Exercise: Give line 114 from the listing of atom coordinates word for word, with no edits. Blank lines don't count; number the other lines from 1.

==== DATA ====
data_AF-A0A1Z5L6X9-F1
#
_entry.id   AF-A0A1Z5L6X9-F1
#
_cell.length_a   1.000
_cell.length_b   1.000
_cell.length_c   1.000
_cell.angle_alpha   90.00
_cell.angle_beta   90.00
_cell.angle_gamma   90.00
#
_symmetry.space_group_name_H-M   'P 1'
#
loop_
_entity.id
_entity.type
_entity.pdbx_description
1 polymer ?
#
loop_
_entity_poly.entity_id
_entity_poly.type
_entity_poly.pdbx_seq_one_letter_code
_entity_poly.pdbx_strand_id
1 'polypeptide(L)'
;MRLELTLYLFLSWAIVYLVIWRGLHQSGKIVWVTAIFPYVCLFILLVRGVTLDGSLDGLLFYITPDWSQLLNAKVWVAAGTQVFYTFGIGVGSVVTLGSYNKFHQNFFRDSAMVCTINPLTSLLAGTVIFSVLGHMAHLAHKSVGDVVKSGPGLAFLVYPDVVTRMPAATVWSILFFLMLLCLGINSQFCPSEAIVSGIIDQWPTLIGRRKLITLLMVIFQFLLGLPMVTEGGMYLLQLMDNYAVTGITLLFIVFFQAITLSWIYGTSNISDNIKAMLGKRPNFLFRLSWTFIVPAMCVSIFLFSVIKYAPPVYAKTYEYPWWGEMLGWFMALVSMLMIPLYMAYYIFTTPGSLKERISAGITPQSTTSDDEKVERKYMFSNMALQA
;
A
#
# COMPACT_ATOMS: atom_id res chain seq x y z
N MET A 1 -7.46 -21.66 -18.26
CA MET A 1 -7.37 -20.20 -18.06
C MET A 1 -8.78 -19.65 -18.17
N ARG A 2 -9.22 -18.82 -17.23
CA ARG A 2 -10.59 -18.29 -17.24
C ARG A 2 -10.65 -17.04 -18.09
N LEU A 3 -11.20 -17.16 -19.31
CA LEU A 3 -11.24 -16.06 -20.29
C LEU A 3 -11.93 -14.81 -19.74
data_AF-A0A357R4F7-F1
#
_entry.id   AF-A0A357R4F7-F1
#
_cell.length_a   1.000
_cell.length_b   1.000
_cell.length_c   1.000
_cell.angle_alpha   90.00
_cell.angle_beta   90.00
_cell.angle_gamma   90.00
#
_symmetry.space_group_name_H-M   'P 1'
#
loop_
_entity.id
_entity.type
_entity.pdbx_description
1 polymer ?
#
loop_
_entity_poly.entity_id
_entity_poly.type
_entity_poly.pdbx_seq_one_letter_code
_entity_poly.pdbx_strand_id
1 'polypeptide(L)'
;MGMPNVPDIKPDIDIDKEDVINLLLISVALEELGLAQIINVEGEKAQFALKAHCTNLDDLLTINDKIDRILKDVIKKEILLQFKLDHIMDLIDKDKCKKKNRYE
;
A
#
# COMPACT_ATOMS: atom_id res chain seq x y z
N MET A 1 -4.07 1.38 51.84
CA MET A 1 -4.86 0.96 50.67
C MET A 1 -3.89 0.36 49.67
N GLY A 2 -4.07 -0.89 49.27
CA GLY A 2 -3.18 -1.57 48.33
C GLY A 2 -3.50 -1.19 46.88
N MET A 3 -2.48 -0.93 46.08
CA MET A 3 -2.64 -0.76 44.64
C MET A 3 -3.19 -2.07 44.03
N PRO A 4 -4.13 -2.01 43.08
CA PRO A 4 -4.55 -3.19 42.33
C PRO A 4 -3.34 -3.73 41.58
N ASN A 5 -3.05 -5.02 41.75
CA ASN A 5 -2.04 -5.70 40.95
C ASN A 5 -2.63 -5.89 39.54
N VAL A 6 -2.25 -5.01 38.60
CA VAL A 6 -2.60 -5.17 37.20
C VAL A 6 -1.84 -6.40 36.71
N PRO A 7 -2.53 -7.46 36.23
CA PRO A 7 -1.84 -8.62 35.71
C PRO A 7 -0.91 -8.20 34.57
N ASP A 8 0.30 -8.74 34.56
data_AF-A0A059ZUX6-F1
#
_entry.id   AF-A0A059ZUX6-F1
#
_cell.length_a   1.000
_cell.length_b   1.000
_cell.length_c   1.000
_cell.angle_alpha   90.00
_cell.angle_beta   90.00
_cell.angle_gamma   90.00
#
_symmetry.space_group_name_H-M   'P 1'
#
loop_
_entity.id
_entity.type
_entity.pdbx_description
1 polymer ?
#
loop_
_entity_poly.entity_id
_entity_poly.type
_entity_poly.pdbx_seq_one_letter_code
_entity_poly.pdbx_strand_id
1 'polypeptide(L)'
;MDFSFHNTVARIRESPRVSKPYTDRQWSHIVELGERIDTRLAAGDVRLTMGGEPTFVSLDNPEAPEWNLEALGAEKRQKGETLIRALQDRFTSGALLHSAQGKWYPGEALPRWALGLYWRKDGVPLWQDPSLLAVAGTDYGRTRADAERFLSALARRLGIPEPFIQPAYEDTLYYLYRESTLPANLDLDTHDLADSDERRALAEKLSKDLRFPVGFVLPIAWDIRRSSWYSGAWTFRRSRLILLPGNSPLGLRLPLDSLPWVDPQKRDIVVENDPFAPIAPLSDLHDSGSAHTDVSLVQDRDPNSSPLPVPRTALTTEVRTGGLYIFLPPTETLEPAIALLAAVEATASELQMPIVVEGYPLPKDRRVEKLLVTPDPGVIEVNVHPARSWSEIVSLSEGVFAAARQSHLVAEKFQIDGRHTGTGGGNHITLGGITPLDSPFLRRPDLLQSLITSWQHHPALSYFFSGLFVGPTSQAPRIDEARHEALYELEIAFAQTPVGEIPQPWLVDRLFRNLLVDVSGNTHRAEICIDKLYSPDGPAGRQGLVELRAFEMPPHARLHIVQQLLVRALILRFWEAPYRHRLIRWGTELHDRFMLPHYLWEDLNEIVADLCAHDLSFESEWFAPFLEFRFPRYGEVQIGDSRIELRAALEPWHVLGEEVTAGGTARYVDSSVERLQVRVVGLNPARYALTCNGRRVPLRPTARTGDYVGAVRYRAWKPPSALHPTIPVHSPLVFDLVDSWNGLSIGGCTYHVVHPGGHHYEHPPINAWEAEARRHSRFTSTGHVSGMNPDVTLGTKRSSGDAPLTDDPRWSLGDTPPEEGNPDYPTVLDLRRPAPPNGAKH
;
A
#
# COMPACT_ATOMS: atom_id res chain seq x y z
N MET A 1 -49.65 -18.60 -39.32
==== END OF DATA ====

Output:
_entity_poly.pdbx_seq_one_letter_code